De-Dollarization and Critical Infrastructure

On the geo-financial front, Iran and China have been pursuing the de-dollarization of trade and advancing the idea of the “petro-yuan.” By joining the SCO, a key international platform pushing for global de-dollarization, Iran can be a key regional power promoting that agenda. Not only would this help Tehran overcome Western sanctions, but it could also make it the most experienced and capable country in the region with the infrastructure to enable trade in non-dollar currencies. Thus, it is no coincidence that China called Saudi Arabia to join this effort and sell its oil in yuan. While Riyadh remains committed to selling energy exclusively in dollars, the China-Saudi partnership summit makes the “petro-yuan” an official objective, giving Saudi Arabia the ability to exercise that option in the future, especially if Iran advances de-dollarization as a result of its partnership with China. Largescale sales of petroleum through yuan-based contracts may not be possible in the immediate future, but the prospect of such a move would be worrying to Washington due to the importance of dollar-centered energy markets to the dollar’s status as the world’s dominant currency.

The Saudis are also eager to contain Iran’s technological advancement and growing military edge. The Iranian industrial base is perceived by Saudi Arabia as a threat that helps Iran export missiles, drones, and advanced communication technologies in the region, undermining Saudi interests. By warming up to China, Saudi Arabia is seeking to capitalize on China’s industrial capacity to build an advanced industrial base. Thus, China welcomed Saudi sovereign wealth fund investments in its industrial sector, which will help Riyadh gain knowledge to advance its industrial base and maintain the industrial balance with Iran. An agreement to build a drone factory in Saudi Arabia, while signed before the strategic partnership, complements Riyadh’s efforts to ensure the balance of power between Saudi Arabia and Iran remains checked. Of course, Saudi Arabia has access to Western arms that Iran lacks, but it is seeking to develop its indigenous military-industrial capacity.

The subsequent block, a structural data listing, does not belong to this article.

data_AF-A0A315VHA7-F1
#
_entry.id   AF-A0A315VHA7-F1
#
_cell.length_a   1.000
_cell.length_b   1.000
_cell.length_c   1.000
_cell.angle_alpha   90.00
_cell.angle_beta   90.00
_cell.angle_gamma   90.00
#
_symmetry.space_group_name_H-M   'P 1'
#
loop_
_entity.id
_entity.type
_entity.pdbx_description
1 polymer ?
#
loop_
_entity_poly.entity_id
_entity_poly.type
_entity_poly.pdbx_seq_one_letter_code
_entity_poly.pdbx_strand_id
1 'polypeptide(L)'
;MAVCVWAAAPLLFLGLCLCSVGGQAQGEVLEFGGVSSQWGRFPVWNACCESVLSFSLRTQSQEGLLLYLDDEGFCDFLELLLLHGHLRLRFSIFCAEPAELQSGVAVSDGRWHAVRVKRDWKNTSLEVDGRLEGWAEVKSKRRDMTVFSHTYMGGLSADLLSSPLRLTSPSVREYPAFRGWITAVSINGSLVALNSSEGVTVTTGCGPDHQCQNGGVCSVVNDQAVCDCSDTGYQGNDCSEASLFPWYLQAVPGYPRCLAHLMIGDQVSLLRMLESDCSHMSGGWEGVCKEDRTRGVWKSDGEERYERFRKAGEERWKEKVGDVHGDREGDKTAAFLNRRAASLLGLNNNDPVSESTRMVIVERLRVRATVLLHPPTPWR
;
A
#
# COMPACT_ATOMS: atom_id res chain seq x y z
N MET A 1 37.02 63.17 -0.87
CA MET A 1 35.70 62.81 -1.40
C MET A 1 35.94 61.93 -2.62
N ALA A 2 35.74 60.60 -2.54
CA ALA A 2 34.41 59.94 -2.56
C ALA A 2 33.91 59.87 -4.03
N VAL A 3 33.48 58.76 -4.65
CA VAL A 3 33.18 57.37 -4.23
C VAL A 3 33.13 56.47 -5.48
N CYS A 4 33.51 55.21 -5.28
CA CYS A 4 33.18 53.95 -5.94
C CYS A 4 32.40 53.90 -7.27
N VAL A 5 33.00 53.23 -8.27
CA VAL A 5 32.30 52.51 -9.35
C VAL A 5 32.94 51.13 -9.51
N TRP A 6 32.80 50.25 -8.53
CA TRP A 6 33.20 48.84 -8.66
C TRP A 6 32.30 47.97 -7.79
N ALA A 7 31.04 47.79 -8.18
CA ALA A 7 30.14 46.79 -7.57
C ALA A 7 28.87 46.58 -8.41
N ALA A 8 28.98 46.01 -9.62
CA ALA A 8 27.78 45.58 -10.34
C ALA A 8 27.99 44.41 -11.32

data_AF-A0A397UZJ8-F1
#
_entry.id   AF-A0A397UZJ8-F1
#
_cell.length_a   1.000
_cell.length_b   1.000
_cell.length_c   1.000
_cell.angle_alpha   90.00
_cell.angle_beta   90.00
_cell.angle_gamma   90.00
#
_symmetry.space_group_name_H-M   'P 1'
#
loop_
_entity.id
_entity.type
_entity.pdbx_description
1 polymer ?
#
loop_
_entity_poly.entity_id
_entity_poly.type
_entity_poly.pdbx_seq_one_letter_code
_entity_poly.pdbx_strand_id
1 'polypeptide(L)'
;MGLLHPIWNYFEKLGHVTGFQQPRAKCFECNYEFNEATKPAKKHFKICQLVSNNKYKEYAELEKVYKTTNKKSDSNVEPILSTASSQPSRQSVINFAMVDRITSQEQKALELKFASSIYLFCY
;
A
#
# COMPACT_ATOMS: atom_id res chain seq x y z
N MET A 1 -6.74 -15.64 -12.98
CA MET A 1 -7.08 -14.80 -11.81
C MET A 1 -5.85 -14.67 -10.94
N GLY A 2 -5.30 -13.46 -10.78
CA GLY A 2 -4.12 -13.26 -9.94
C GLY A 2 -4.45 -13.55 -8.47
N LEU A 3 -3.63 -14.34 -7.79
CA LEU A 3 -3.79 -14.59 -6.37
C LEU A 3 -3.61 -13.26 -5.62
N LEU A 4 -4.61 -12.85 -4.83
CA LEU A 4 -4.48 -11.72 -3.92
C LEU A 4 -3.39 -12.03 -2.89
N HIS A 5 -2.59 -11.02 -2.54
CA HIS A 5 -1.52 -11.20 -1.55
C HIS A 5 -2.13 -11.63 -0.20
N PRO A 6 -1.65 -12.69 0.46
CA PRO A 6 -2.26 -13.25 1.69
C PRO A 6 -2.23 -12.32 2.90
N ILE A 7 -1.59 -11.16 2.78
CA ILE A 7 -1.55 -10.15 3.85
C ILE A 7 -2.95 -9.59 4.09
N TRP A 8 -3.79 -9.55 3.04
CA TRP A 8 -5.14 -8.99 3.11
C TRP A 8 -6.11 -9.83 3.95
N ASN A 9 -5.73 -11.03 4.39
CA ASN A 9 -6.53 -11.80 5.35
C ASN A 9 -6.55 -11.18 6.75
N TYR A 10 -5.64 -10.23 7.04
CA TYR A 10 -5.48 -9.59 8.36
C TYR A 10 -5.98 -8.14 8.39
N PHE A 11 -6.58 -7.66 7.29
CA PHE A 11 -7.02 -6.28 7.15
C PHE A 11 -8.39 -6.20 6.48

A potential major area of diversion between the United States and Saudi Arabia is Riyadh’s deal with Huawei to build cloud computing capabilities and high-tech complexes in Saudi cities. Several U.S. officials have warned Saudi Arabia and other GCC countries against using Chinese technologies, especially in the 5G realm, and threatened them with sanctions. However, Saudi Arabia’s seeming defiance remains understandable in the context of competition with Iran. As a sanctioned entity, Huawei is more comfortable working with Iran and offering it advanced capabilities. This would most certainly give Iran a competitive edge vis-à-vis Saudi Arabia, which was cautious not to introduce China to its telecommunication and technology sectors for fear of U.S. retaliation. By contracting Huawei, Saudi Arabia aims to gain new technologies and offer Huawei the opportunity for a more balanced relationship with Iran.

The agreement’s commitment to renewable investment is key to Saudi efforts to contain Iran’s rise. Iran has pursued growth in its renewables industry in a bid to diversify its economy, strengthen its technological capacity, and secure new regional and international partnerships, including with China, which will help it overcome sanctions. GCC countries have been helping Yemen, Iraq, and Syria reduce their reliance on Iranian hydrocarbons by encouraging the use of renewables through initiatives and investments. With the signing of the deal with China, Saudi Arabia aims to gain an edge in the renewables sector, which will undercut Iranian energy sales in the region and beyond. China, as a leading power in renewables, stands to help Saudi Arabia achieve such objectives at the cost of Iran’s aspirations, which are already held back by Western sanctions.

Despite the major achievement for China, it did not get all it wanted from Saudi Arabia. Particularly, China has called upon Saudi Arabia and other Gulf states to establish a Free Trade Zone (FTZ). Discussions around such a zone have been ongoing for years and were recently emphasized by the Chinese. However, Saudi Arabia and other GCC nations are still resisting an FTZ, and the strategic partnership merely mentions the negotiations but does not commit to them. This is an area where Iran has leverage over China, as it is signing an FTZ agreement with the Eurasian Economic Union and is willing to sign a similar one with China under the right circumstances. The lack of Saudi concessions on the matter suggests its openness towards China is not unrestricted and remains mostly geared towards weakening Iran rather than empowering China in the Gulf and the Arab world.